Three experts will explore how close the build-to-order selling model is to becoming an industry norm during the Automotive News World Congress in Detroit.
James Vandenberghe, vice chairman of Lear Corp; Frank Taylor, Ford Motor Co.'s vice president of material planning and logistics; and J Ferron, of consulting firm PricewaterhouseCoopers, will participate in a Jan. 17 afternoon panel discussion.
Under Vandenberghe, Lear is cooperating more with its suppliers, hoping to offer more competitive products at lower prices. Lear also is working to introduce a common architecture concept to allow different vehicle interiors to be created off the same template.
His responsibilities include finance, joint ventures and mergers and acquisitions. Vandenberghe, a former president and COO of North American operations, has been with Lear for 27 years. Lear is the world's fifth-largest auto supplier.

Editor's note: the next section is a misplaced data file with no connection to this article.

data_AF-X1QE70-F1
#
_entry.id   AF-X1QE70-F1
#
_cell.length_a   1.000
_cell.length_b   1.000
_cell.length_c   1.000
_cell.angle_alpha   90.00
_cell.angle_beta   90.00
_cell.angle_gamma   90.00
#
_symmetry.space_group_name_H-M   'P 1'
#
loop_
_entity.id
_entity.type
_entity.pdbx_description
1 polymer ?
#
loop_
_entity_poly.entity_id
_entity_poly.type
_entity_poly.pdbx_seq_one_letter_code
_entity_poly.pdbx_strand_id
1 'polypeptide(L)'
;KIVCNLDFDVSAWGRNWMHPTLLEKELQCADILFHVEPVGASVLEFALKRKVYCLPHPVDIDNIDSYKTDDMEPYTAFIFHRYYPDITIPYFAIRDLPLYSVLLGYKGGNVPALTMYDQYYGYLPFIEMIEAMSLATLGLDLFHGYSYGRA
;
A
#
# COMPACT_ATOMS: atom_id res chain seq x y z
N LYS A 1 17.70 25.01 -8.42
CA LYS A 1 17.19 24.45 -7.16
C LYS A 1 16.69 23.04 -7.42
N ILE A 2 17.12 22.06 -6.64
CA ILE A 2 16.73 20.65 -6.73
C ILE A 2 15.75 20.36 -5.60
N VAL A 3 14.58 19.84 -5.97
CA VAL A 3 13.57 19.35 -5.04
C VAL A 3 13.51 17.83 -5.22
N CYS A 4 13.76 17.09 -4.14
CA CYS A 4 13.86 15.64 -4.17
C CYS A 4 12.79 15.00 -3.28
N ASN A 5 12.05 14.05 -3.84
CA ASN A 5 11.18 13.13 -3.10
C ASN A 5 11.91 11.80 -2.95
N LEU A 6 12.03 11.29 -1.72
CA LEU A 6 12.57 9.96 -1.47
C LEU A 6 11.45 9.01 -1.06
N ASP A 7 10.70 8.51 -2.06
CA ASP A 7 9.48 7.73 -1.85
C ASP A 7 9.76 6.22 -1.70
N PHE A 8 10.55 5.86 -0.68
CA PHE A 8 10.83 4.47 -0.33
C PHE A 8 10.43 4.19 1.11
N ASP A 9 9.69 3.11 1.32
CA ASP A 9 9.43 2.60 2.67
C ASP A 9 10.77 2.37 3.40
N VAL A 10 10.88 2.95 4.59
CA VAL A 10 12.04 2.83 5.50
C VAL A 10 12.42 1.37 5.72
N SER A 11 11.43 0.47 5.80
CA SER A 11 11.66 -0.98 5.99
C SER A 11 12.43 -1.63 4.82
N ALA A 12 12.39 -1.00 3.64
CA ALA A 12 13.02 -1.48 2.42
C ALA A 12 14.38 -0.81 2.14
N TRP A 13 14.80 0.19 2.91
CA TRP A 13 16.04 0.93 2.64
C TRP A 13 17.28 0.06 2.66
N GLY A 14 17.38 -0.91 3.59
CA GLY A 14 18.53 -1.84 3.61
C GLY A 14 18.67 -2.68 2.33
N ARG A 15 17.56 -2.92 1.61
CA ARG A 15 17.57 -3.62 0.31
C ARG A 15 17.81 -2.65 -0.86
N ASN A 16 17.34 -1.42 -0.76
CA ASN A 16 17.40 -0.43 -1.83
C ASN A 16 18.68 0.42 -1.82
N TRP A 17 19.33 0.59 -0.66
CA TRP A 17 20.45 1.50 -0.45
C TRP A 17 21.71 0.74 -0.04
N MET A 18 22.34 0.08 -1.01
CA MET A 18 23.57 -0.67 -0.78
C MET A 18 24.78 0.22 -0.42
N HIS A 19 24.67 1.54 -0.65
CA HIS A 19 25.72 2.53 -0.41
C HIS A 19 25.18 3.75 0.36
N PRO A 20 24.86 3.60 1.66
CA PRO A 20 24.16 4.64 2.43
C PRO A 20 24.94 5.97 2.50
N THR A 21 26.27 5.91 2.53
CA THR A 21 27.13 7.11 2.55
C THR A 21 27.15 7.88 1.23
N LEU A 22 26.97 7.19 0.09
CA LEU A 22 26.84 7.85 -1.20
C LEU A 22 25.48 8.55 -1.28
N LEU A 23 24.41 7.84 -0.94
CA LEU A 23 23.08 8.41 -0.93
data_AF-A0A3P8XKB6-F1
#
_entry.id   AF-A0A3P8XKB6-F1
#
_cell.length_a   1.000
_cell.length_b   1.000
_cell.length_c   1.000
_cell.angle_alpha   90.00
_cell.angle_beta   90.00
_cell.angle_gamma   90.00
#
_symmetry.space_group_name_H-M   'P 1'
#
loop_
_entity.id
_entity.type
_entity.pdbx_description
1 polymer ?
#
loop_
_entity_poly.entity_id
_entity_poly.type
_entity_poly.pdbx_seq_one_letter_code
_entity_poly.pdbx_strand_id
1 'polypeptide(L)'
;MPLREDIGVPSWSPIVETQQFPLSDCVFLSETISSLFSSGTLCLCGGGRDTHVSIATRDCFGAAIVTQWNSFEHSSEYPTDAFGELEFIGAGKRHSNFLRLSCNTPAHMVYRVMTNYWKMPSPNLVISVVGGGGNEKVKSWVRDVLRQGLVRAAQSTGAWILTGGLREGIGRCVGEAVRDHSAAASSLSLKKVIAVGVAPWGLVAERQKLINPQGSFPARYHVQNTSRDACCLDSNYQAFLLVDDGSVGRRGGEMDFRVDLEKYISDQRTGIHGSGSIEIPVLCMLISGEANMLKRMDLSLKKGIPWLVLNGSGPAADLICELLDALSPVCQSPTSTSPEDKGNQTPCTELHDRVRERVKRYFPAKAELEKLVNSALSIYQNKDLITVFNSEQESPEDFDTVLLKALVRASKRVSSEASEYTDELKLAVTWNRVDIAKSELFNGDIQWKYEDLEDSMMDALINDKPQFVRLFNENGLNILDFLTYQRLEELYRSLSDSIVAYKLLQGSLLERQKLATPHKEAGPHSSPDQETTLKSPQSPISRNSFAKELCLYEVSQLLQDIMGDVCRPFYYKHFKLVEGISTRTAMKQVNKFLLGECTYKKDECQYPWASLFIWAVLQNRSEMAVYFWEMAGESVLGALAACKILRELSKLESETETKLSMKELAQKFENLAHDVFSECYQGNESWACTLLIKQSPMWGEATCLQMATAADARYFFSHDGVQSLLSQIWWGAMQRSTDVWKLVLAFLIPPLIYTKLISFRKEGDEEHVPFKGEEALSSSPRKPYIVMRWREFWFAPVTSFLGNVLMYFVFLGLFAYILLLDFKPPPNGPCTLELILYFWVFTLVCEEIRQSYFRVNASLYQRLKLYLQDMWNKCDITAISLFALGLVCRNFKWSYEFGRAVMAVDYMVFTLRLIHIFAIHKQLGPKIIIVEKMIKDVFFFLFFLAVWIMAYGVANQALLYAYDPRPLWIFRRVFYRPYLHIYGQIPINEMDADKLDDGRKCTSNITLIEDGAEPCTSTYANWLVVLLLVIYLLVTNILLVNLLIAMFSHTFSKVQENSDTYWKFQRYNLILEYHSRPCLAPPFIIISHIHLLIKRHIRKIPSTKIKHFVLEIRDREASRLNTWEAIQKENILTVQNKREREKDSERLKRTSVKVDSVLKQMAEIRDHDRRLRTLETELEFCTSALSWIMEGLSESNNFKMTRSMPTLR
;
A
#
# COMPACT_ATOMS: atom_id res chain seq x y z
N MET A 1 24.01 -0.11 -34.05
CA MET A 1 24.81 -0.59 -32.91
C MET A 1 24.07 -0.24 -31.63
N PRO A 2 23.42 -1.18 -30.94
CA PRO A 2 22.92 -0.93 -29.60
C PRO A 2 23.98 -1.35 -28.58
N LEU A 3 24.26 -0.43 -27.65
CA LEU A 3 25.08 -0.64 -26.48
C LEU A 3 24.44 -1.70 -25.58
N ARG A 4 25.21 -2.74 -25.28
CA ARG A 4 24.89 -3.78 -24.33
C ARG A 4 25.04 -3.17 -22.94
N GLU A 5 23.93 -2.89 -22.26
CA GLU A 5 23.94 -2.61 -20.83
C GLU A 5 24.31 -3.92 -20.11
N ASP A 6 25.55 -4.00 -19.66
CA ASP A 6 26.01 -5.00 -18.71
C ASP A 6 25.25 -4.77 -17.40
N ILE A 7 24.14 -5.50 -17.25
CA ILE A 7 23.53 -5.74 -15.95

Taylor is another executive looking to help coordinate production and delivery. Ford's $2 billion planned renovation of its Rouge plant in Dearborn, Mich., illustrates why this is important. Plans are to reduce vehicle storage space by 50 percent inside and outside the plant, meaning 90 percent of vehicles have to be shipped on the same day they are made.
Taylor oversees global production control, scheduling, inventory management, logistics and material flow. Before joining Ford in 1998, he worked for General Motors.
Ferron - an author, commentator, lawyer and consultant - has been involved with major industry issues affecting manufacturers, suppliers, retailers and consumers for 25 years. His management consulting duties include large business operations for auto-related fields.